Thursday, 29 November 2018

Christmas Apron

What makes Christmas unbelievably special, is the time we spend in preparation and anticipation of the moment when we will be together with loved ones.

The dressing up is purely vital - the cleanness of the house and mind is one thing that opens the heart for the blessing of Christmas. 

The night before Christmas, I remember how my grand-mom walked around her tiny house, burning incense in her little kettle dish to clear the home and land from the evil spirits and sins. She visited all the corners, well dressed and beautiful in her old-fashioned clothes, she only wore at this Holy time. She walked into the stables, giving hug and touching every one of her lambs and sheep with her fingers all curved as the branches of the old walnut, growing just outside her house, fingers already showing signs of the knowing no mercy arthritis, hands all stained and rough, from the work she had done during the day and at all her life, but with the most beautiful glare on her face - a kind reflection of the weak light from the candle she was caring in her other hand. It was a time to prepare ourselves for the Great event, a time to ask forgiveness and give one to ourselves, before the church ceremony at midnight.

This ritual, that I had always found annoying and disruptive to my comfort as a child, now fills my heart with love and sadness. I find piece in the little design from Tania Santarelli at  LilliViolette. It took me back in time with all the beautiful and unappreciated as a child memories.


It is ordinary and simple in my heart today. I have never liked the shiny Christmas, but I found for myself, that the simplicity in life keeps me grounded and strong. Whatever we make with our hands and heart is the most important - that is how we nurture our children, we create memories for them, to remember for who we were and we give them the tools to find themselves when they are ready to see through these memories. I am far from the thought that they could see through my memories with my grand-mom, but this design is what lit that memory in my heart and I think it will carry the spark for my daughter when she prepares her Christmas tradition. 


Baking for Christmas? That is the most important thing for me. I start light in November and when December hits, well, let's just say that 'I make them eat cakes' :))) I barely cook anything else, but bake for Christmas. 

In the days when I was growing up and spent time with my grandmother, it was a forty-day fasting period before Christmas day. As I said earlier - clean the house, the stables, the body and the spirit, prepare for the Holy arrival. Everything that my grandmother prepared before-hand, wasn't tasted, just well packed in air-tight containers and stored in the cold stone room. All this flavour and taste in the air was to be savoured in anticipation. What a test to my soul!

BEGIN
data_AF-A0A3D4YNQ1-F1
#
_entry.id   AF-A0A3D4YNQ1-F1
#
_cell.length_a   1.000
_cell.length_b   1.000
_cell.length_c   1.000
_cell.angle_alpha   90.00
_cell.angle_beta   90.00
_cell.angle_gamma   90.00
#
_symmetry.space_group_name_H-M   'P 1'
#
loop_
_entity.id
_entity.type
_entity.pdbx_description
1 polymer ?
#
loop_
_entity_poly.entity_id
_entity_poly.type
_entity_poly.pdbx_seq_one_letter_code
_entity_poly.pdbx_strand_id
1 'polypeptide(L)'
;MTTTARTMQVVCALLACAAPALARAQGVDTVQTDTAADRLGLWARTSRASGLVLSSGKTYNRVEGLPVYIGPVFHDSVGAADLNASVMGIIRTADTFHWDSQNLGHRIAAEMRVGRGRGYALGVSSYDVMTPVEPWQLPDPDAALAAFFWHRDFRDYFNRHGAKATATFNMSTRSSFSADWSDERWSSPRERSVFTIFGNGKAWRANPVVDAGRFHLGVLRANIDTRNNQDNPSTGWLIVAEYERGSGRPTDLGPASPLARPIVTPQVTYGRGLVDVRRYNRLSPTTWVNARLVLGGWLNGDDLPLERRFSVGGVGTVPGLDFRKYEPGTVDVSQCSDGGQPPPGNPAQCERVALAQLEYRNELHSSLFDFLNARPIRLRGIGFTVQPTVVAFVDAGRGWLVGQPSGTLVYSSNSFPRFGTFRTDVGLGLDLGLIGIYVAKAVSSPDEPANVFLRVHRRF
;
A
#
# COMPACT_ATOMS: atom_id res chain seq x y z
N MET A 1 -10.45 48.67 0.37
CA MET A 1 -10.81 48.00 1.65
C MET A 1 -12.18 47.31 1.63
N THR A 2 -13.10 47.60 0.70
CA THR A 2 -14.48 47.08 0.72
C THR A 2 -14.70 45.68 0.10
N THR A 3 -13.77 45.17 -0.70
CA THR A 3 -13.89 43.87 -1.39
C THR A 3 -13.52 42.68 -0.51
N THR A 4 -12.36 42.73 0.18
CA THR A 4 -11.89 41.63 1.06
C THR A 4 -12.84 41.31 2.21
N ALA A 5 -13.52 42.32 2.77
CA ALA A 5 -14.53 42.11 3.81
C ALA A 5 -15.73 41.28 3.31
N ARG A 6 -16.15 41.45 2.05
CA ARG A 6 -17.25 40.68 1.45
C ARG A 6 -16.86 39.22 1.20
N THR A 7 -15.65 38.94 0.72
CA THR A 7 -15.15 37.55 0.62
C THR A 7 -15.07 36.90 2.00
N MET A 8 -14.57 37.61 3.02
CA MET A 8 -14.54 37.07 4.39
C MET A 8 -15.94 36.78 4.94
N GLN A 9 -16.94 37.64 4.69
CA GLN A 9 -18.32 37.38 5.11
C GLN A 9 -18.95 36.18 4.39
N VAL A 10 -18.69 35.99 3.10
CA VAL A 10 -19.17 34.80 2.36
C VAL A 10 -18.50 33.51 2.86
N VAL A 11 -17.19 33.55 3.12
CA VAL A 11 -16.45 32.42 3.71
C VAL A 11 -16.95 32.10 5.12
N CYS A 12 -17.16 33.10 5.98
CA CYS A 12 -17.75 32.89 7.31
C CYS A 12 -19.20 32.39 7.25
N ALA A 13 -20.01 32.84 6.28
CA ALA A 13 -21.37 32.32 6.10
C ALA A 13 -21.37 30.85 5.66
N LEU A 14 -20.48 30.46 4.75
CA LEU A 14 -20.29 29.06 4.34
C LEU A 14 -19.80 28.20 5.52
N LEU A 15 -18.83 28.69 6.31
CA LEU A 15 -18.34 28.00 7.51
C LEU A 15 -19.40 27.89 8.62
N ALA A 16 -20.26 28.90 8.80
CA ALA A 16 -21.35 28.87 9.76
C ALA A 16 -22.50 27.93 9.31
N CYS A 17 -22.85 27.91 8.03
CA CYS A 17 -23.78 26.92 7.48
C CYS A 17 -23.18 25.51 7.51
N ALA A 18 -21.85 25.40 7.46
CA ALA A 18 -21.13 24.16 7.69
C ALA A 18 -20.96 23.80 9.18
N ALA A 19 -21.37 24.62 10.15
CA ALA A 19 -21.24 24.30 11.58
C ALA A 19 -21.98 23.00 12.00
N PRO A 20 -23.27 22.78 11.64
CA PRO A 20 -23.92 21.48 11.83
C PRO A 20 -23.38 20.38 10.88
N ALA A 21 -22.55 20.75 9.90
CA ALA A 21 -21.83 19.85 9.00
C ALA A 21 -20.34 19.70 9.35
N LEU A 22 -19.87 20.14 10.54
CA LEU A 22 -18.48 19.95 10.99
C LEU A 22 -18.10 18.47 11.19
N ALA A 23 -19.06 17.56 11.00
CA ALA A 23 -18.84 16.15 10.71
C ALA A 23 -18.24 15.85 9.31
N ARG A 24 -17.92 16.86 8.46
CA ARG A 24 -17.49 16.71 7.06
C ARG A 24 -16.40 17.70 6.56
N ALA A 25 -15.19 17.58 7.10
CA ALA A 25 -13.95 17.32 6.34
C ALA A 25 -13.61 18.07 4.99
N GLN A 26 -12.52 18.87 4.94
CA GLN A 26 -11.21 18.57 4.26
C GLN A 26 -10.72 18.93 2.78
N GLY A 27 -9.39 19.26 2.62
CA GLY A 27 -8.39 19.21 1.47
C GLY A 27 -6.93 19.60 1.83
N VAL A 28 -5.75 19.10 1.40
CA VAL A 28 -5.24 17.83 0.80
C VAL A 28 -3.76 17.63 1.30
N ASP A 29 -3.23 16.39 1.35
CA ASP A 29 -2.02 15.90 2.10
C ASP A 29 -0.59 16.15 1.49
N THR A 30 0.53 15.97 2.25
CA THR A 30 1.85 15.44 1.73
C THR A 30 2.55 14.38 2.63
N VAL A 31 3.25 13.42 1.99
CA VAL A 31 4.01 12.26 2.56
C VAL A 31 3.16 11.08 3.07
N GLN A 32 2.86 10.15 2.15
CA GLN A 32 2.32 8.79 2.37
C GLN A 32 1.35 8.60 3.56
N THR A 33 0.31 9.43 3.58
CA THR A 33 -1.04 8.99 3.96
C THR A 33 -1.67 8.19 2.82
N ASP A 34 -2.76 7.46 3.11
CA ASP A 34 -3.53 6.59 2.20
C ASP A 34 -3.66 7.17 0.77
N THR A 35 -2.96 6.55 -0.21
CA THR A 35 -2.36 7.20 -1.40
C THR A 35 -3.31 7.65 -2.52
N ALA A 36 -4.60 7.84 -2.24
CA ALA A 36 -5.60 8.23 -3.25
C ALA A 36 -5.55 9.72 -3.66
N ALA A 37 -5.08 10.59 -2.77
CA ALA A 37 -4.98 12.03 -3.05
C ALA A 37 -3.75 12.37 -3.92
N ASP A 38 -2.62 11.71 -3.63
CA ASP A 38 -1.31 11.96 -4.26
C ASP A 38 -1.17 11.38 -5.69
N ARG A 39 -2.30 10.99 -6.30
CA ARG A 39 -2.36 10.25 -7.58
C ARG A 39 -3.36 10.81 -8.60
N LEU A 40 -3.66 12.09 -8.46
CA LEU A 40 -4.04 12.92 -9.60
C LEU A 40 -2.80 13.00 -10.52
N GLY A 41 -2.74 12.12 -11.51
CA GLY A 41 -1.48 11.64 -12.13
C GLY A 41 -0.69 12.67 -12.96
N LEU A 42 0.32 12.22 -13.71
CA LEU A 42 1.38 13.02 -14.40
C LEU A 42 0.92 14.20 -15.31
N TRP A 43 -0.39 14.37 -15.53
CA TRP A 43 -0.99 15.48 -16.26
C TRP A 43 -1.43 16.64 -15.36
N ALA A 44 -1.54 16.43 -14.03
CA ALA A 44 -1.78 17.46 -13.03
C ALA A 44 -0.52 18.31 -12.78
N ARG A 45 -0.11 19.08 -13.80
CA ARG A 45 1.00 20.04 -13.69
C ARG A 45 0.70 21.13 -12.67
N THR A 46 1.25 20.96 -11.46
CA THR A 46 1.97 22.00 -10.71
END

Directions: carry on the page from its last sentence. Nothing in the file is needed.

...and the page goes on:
I do not perform this "torture" to my family. I wasn't raised religious. When baking starts in my home, it becomes a struggle for the cookies to survive till Christmas.


Any concerns that anyone has with the stains on this celebratory apron, I would like to put to rest. I have a back-up and a back-up to the back-up :)

I made this little bent on the right side of the apron, so my dear girl could always wear a kitchen cloth to clean her hands. And she could only uses this apron for serving. When she cooks, I made a spare, vintage inspired apron with no stitched design. Sometimes cooking could be messy...


This apron has a very raised waist line and protects the clothing well. I think she would cook braver in it :) 



I sense it is that time of the day, that I have to put my Stained Apron and dive into the kitchen.

Thank you so much for spending time with me and my thoughts. Thank you for stopping by! I hope you dig into your beautiful memories of past Christmas time to feed your imagination. 



Happy Christmas baking!

 Ivelina

  

Friday, 23 November 2018

Lebkuchen Bags

These delicious, full of flavour and aroma cookies have become a tradition in our family. I have made them for the last four Christmas baking parties and this year is no different. You could find the recipe for the cookies in my delicious blog Tablier taché.

This year, I am sending a batch of the cookies to a friend in Germany. It is a challenge, since the recipe originates from there and the German market is flooded with them. But I am hoping that the homemade touch would create a brighter Christmas spark.

In order to appropriately pack the cookies, I have sewn cosy throw-string pouches and hand-stitched the tags for them.


I used very loosely weaved 18ct Belfast linen - it is so rough that it creates the rustic old-fashioned effect on it's own :)

Then I lined the tags with the fabric, used for the bags and framed it with a decorative stitch all around with a crocheted loop for the cord.


As rough and old-fashioned as possible my bags must be - the recipe for these cookies was firstly recorded as early as 1296. That is why I used a jute cord for the tags and bags.


I found these cellophane individually wrapping bags in DailyLike Canada. They make such a difference with their old-gold decorative elements and keep the cookies apart. 


I made a tiny crocheted edge on the top of the little bags for the jute cord. There are two very old looking (4-holes) buttons sewn on the bottom of the bags to create a stable self-standing bag.

People made everything with their hands at old times  and still managed to gift so many baked goods. Christmas should only be about that - handmade gifts and for as many people as possible. 


Ready... Set... Wrapped
Placed in the bags and ... in the mail.

I hope you are busy working on your handmade crafts and your home is filled with the sweet aroma of cinnamon and sugar.

Wishing you the best time in preparation for the big holiday!

 Ivelina